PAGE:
Part of it was God opening doors to travel on three new continents when my husband and I went from ministry across Latin America to around the world in 60+ countries on five continents. As I began researching different possibilities, this was the story God laid on my heart. The core message of what is true freedom is seen through the lens of Afghanistan, but is true for far more than one small country.

The countries you travel to are quite different to America. What was it like for you to return to America after working as a missionary, and after a research trip for your writing?

I guess I’m used to it, so I really don’t think much about moving back and forth constantly between countries. Except that coming back to Lancaster, PA, where we’ve paid taxes now for five years (I refuse to call it my home, because it isn’t!) is always a sharp reminder that I have no true home anymore on this planet and am indeed an ‘alien and a stranger’ (Hebrews 11:13) just passing through. But the flip side is that I have been privileged to know brothers and sisters in the family of God all around the world, and I am so looking forward to being together with them when I arrive home Heaven-side.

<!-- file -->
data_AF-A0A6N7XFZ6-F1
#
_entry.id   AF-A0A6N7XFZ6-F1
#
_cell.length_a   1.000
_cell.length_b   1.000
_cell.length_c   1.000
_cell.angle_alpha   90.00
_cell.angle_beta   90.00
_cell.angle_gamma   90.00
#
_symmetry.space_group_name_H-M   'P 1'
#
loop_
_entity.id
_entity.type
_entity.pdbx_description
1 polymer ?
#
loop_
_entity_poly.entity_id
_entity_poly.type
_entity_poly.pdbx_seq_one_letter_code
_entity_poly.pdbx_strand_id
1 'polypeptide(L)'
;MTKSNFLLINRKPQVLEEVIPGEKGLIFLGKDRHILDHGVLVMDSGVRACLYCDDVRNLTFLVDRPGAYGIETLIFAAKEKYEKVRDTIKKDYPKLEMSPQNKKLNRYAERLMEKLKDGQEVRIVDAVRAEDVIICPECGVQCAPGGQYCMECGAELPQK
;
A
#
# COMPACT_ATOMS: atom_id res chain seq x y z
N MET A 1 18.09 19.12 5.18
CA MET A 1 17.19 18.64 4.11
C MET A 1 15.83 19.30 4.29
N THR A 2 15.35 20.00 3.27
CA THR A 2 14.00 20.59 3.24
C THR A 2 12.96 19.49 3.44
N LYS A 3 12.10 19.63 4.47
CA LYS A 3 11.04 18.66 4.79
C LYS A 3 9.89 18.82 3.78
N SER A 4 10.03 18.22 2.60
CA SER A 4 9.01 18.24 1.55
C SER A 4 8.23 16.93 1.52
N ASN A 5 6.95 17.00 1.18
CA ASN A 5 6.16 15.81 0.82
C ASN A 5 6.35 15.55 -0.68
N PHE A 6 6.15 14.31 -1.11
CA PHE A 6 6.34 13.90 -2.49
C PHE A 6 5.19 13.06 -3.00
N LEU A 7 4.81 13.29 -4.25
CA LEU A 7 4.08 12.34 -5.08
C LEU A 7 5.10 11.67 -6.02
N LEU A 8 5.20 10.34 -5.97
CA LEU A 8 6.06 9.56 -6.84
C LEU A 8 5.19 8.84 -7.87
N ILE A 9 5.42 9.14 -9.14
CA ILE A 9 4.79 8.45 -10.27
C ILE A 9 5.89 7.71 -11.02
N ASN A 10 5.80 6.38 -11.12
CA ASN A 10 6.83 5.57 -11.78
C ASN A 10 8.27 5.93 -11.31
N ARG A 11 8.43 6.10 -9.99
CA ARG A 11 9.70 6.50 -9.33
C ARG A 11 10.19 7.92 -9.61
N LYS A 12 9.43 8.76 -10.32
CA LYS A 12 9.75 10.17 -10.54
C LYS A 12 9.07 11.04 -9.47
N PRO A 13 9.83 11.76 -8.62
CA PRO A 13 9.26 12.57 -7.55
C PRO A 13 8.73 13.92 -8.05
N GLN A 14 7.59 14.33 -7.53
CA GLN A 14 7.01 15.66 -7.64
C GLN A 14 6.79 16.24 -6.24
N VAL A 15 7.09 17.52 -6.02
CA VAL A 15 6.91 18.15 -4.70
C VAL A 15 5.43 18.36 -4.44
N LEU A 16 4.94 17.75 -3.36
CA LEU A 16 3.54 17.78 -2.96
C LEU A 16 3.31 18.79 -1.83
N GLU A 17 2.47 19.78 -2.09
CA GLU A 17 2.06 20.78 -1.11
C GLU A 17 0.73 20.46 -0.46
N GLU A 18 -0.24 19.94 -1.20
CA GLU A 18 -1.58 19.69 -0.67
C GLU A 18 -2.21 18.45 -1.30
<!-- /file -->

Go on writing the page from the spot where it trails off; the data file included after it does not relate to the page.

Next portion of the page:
I’d love to hear more about your experience of being questioned/interviewed by authorities because of you intimate knowledge of the subjects you write about.

That too is best left without too much detail. However there was the time, soon after writing my first major suspense novel CrossFire, when I found myself in the DEA compound of a certain Latin American city being grilled by a furious Special-Agent-in-Charge. He was very competently using six-foot, four-inches of Special Forces-trained body language to intimidate one petite female civilian--me! Among his list of infractions was a description I’d made in CrossFire of an interrogation room within the DEA compound. I had at one time been privileged to take the same tour of that compound as any visiting congressional junket. But certain areas were off-limits, and that was one of them. The SAC was determined to find out which of his agents had let ‘that author woman’ into a ‘classified’ zone.

The guy was good. I can honestly say that if I were trying to lie, I couldn’t have kept it straight five minutes. But since I was telling the truth on all accounts, I rather enjoyed myself as only a writer can, taking plenty of mental notes of what it felt like to be grilled by the ‘best of the best’. And I got my revenge (as any good writer should do with obnoxious people in their lives) by writing him into my next book, The DMZ. Yep, that large and furious U. S. task force commander berating a certain female reporter protagonist in the Colombian jungle. I hardly had to change the dialogue.